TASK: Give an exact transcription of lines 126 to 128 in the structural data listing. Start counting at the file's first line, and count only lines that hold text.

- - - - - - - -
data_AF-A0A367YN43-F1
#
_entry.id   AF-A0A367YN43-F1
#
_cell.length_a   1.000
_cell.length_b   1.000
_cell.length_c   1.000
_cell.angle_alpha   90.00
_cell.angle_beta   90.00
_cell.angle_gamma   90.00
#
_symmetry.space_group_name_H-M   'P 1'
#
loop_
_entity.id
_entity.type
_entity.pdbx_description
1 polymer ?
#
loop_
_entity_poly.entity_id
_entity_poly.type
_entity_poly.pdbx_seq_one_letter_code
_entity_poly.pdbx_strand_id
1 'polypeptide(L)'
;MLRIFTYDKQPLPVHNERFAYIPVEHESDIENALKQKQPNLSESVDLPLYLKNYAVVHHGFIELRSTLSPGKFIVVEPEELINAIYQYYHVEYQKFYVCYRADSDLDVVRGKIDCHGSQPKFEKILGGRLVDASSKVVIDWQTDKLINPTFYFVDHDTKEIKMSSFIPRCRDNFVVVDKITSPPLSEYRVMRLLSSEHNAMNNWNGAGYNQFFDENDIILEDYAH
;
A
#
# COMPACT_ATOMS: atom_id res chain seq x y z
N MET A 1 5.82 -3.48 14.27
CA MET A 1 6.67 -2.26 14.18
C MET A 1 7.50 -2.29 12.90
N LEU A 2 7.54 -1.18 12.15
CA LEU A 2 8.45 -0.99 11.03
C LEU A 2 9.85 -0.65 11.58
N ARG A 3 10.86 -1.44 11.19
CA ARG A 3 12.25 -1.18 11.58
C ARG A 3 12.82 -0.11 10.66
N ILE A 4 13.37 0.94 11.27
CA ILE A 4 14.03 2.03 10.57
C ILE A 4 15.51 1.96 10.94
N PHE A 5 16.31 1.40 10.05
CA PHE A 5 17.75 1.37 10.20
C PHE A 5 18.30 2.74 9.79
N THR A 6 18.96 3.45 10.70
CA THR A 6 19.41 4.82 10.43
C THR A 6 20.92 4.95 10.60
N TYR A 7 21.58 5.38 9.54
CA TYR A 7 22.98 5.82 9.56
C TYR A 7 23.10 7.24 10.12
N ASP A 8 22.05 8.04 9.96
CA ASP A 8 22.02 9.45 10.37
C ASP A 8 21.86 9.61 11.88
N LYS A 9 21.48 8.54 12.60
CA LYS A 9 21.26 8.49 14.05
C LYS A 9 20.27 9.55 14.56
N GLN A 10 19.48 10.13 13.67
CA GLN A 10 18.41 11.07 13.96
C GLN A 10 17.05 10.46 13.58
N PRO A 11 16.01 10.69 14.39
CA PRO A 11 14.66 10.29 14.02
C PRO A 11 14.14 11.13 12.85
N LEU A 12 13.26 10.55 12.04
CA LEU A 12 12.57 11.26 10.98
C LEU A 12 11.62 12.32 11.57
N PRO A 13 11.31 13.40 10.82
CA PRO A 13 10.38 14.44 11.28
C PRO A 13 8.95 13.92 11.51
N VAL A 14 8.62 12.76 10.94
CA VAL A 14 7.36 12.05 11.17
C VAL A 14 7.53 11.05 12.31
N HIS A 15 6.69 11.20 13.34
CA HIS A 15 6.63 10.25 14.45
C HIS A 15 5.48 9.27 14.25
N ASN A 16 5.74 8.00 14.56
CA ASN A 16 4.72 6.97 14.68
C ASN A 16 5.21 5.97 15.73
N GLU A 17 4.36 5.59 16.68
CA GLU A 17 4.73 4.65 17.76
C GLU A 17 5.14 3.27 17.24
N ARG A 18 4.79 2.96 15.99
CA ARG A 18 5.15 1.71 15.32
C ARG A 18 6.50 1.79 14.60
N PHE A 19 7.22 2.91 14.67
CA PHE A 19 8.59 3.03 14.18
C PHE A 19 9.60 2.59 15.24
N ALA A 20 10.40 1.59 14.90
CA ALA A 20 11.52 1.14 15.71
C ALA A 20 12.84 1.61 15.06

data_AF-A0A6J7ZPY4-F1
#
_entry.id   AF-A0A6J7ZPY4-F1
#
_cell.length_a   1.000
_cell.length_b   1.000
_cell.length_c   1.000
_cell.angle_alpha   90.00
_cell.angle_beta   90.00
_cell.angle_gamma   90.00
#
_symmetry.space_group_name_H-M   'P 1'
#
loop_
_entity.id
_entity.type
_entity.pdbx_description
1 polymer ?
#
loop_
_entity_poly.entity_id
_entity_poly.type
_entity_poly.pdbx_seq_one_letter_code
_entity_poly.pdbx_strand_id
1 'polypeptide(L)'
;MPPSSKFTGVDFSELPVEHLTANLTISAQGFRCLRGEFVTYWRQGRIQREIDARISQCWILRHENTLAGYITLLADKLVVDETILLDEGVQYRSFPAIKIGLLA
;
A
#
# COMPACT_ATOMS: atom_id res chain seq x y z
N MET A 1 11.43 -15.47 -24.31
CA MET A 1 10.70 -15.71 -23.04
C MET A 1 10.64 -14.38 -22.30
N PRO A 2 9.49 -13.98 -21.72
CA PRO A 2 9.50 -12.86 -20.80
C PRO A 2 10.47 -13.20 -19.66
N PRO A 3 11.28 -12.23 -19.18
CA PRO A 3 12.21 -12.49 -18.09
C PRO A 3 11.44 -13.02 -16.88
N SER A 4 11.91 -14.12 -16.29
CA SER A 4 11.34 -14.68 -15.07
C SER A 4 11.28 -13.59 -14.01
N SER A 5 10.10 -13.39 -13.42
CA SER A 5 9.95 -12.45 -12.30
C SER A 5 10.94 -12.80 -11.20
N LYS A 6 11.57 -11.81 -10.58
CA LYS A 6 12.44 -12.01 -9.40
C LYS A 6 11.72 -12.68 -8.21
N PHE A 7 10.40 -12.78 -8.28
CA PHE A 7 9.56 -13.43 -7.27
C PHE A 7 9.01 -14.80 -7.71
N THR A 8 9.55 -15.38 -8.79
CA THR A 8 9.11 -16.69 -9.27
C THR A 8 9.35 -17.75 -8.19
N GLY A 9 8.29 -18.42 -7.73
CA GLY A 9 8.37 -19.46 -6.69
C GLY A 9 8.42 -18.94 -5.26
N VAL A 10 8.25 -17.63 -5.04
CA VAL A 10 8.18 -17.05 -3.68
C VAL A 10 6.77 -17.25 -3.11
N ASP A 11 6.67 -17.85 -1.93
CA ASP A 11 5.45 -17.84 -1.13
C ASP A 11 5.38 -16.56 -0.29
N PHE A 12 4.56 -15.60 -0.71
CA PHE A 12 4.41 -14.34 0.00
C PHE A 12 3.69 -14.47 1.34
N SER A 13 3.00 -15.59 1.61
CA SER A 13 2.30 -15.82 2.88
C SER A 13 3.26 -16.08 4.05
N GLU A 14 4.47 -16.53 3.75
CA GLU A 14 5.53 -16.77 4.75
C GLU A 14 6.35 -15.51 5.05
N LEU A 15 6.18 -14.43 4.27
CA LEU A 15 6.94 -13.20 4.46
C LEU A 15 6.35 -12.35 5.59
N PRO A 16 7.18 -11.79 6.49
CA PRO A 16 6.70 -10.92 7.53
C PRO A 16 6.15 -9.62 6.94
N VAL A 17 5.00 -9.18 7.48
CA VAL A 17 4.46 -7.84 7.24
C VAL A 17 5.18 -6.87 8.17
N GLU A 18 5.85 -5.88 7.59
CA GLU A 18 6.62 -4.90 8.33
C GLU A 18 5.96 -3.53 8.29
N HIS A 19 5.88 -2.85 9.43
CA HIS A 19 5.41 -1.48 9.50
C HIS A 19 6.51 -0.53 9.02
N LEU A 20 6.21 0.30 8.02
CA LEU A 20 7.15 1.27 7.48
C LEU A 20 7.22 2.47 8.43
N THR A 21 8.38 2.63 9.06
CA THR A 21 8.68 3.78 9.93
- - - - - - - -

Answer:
C PRO A 2 10.47 -13.20 -19.66
N PRO A 3 11.28 -12.23 -19.18
CA PRO A 3 12.21 -12.49 -18.09